Annals of the United States of Lyncherdom: the fix is in for the murder of Michael Brown. By now there are six witnesses to the incident. Their stories are all pretty much the same. In the face of this, “Prosecuting Attorney” Robert P. McCulloch, Democrat, is angling for worst person in the world in the year 2014. (Turns out there is quite a bit of dirt in his background, if you believe Wikipedia.)
Turning to the current ongoing scandal, the indictment against McCulloch for malfeasance to date includes:
* Failed to file charges against Wilson, which would not have required the convening of a grand jury;
* Did not propose to the grand jury that Wilson be indicted, which is normally what prosecutors do. Instead he is just dumping all the evidenc in front of them. This amounts to a signal to the grand jury to forego an indictment;
* Permitted Officer Wilson to testify for four hours before the grand jury considering his indictment; very rare.
If there are no qualified attorneys on the grand jury, the non-committal stance of McCulloch’s office could lead to an indictment on charges that do not fit the crime and result in an acquittal on technical grounds. Ordinarily the prosecutor provides guidance in this vein.
I do not believe Mr. McCulloch should have recused himself from the case because his father was a police officer killed in the line of duty. I believe he should just do his fucking job. Everything he has done to date suggests a desire to protect the police miscreants rather than “the people.”
I hope this case doesn’t drop from the national radar, for two reasons. The obvious one is justice in this particular case. The second is that the specifics point to great national issues of race and class. Contrary to President Obama’s emissary Rev. Sharpton, the comatose U.S. Department of Justice, and the somnamblulist Attorney-General Eric Holder, I hope people use this case to raise the broader problems.
Addendum: Related, this column by civil rights veteran Charles Cobb is worth a look. He alludes to the reality that most of the protest around Ferguson has taken the passive form of writing stuff on the Internet, rather than organizing to get people into the street.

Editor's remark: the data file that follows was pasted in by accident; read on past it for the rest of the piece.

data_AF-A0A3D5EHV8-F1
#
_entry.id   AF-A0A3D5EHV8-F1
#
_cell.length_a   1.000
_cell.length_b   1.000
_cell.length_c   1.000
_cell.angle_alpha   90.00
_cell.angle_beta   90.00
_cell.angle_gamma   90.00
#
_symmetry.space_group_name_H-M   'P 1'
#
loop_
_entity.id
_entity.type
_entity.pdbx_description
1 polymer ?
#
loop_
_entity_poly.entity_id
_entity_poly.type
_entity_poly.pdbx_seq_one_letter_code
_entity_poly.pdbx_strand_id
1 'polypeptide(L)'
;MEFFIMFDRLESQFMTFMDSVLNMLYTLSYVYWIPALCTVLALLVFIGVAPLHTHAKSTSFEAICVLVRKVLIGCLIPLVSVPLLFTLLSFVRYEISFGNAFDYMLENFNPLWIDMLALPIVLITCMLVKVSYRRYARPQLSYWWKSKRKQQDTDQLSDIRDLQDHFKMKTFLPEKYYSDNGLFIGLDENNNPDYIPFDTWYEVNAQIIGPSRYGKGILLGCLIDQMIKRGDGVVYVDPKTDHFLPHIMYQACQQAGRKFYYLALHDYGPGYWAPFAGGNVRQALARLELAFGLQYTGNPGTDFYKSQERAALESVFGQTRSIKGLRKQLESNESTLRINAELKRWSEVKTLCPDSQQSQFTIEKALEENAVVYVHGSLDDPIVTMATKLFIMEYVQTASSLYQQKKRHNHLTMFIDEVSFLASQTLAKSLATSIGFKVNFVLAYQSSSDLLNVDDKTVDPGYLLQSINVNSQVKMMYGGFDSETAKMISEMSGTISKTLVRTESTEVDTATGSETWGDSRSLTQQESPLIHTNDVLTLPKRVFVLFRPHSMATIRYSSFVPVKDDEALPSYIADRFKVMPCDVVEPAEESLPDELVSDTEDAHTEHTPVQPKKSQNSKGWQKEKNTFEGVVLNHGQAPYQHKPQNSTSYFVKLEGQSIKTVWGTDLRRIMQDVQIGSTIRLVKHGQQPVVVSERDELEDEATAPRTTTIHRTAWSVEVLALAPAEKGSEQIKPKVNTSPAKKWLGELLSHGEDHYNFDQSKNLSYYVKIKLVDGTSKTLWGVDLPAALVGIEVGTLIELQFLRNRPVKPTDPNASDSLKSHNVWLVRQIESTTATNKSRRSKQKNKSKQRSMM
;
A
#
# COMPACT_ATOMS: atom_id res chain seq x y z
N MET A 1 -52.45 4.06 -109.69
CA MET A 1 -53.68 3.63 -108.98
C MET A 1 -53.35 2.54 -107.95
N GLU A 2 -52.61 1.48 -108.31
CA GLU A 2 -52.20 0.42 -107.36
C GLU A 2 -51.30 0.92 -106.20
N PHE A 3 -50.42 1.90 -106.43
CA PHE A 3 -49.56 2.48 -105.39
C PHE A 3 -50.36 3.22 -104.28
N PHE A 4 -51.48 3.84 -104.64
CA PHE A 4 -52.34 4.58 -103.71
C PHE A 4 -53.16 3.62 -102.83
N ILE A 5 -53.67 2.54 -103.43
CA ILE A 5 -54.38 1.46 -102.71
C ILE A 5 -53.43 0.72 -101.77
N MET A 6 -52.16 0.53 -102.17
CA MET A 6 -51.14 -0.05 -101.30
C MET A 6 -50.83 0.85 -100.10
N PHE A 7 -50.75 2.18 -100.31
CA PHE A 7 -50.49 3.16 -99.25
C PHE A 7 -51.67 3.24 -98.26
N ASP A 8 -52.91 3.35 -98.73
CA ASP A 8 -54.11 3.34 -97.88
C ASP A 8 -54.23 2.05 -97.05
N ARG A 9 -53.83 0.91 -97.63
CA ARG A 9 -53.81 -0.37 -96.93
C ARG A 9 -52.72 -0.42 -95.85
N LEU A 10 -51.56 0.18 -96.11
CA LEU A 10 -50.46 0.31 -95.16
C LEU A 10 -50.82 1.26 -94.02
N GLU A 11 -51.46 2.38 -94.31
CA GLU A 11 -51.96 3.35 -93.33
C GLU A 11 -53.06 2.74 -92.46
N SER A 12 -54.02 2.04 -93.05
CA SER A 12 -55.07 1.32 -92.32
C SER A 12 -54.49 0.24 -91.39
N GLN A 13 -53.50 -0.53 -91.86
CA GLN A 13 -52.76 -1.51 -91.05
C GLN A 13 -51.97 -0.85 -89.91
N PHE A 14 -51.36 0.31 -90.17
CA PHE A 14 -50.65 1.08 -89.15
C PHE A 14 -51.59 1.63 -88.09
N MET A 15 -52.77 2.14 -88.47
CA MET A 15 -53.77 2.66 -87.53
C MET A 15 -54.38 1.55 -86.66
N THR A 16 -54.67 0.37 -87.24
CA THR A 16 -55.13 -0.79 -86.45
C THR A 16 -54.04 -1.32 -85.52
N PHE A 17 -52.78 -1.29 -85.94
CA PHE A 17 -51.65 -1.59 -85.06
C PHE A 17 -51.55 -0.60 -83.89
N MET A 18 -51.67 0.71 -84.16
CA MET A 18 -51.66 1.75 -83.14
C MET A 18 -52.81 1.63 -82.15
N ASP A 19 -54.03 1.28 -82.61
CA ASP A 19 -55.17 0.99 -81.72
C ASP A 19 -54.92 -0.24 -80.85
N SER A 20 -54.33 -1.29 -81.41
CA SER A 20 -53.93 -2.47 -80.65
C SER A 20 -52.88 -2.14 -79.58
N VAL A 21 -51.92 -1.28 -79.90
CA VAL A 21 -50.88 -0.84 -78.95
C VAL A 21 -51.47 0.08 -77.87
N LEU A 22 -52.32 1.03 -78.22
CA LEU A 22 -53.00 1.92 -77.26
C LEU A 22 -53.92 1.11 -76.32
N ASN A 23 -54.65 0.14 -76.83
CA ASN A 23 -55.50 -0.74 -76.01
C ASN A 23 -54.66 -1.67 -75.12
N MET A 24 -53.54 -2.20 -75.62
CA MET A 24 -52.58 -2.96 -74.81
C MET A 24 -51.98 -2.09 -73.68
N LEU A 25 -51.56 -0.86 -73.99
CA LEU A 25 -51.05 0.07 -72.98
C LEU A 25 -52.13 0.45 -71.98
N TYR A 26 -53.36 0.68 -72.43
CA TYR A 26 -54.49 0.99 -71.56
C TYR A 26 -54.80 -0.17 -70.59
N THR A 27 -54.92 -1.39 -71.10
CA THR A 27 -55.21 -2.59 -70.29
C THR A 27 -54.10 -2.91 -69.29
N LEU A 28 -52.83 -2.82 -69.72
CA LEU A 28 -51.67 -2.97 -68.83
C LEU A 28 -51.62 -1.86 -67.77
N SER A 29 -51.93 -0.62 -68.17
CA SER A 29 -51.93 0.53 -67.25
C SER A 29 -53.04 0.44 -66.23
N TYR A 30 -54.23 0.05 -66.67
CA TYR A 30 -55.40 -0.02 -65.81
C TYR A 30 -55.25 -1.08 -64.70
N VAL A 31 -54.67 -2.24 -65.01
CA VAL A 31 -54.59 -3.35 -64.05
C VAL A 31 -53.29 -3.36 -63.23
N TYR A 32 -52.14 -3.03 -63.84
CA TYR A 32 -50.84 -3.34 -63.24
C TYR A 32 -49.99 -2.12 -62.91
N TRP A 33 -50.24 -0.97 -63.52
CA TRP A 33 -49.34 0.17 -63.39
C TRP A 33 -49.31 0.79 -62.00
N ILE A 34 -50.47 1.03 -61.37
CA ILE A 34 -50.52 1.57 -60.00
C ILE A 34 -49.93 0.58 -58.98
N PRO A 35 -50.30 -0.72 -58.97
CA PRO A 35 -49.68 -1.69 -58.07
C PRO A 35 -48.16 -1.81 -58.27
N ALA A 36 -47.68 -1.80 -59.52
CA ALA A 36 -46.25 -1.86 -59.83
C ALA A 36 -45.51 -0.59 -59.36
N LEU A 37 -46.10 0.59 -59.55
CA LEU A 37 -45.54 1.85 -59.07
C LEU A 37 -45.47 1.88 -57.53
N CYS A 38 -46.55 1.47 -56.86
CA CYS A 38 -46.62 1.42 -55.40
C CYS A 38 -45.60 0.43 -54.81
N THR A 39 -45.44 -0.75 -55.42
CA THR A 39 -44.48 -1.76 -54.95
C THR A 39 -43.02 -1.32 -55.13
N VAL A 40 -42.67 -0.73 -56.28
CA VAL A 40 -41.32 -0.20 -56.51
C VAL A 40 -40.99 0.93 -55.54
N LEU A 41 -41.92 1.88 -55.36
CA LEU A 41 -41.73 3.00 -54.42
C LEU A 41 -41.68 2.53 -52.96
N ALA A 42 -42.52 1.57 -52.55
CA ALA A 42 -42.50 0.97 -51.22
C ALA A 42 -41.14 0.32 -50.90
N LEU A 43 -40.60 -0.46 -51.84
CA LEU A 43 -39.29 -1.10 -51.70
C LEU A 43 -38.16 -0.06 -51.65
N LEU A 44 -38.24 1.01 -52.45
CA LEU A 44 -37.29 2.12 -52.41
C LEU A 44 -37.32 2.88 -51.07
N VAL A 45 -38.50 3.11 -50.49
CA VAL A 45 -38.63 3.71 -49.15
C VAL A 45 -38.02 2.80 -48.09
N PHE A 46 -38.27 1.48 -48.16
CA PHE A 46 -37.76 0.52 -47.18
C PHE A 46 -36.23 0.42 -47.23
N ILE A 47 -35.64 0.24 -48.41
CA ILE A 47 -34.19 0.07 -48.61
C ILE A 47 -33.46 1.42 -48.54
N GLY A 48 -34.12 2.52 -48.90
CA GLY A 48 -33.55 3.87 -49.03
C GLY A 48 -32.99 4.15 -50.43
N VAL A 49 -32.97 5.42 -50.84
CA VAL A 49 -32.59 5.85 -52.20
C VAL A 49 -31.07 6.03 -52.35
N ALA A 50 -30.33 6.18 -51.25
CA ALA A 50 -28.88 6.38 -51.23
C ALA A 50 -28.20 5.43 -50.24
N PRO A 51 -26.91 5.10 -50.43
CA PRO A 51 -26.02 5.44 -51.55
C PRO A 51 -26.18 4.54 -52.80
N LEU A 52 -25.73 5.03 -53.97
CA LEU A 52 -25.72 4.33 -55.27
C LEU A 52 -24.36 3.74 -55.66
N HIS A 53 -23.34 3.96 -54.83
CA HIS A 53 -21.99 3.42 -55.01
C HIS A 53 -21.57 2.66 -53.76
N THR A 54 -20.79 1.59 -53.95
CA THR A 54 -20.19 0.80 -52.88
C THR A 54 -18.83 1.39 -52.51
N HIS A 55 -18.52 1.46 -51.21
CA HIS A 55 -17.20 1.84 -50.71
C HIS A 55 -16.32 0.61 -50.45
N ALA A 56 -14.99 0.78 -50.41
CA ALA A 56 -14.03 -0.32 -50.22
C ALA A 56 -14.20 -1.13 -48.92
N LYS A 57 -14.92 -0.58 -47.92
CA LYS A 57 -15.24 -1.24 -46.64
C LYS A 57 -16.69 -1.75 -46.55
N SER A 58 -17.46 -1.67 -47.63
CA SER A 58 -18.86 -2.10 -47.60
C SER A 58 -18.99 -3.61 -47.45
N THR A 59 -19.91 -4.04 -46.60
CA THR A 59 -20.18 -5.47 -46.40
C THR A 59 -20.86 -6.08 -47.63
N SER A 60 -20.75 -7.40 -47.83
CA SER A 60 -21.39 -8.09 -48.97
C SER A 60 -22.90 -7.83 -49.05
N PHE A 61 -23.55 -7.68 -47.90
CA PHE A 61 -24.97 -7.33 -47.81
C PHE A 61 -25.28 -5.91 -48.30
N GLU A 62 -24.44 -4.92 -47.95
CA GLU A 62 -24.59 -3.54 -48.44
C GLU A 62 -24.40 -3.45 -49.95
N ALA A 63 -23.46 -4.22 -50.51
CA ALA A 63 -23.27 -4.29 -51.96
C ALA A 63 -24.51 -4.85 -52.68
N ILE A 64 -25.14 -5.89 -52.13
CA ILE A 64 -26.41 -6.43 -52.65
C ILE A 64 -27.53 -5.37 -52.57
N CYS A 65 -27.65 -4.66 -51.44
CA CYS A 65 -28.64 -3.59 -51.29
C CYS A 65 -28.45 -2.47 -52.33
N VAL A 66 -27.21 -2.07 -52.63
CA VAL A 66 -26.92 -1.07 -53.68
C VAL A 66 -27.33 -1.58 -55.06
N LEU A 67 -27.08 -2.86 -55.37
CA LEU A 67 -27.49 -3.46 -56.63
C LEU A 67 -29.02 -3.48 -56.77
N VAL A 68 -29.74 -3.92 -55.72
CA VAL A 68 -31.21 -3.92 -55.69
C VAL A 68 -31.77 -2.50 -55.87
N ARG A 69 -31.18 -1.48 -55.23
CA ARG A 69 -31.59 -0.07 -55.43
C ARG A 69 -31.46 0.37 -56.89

A few weeks ago I attended a meeting in downtown D.C. about Ferguson. About fifty people, I was one of two or three whites, and the oldest one there by a good sight. A number of speakers and attendees had their own separate projects. The speakers were eloquent but there seems to have been no organizational follow-up, except some emails reminding me to vote. I’m no big activist, but I can get to meetings and marches with a little prodding. I could even do some work if I thought it would be useful. But it’s mostly been crickets. This has been a wasted opportunity.
Cobb is speaking to a mindset that expects deliverance from above, rather than self-activity. We’ve already seen what sort of help and encouragement we are getting from Democrats, including President Obama’s emissary the Rev. Al Sharpton.
It makes perfect sense to note that without marginal Democrats like the reluctant prosecutor McCulloch, the zombie-like Missouri Governor Nixon, and their political ally Senator Claire McCaskill, the GOP takes over and does unspeakable things. And so it would be. But that makes all the more urgent the construction of an independent politics that can expand as well as providing tactical electoral support for Democrats as the times demand.
P.S. If you follow Dana Milbank at the Washington Post, you would have known about this over a week ago.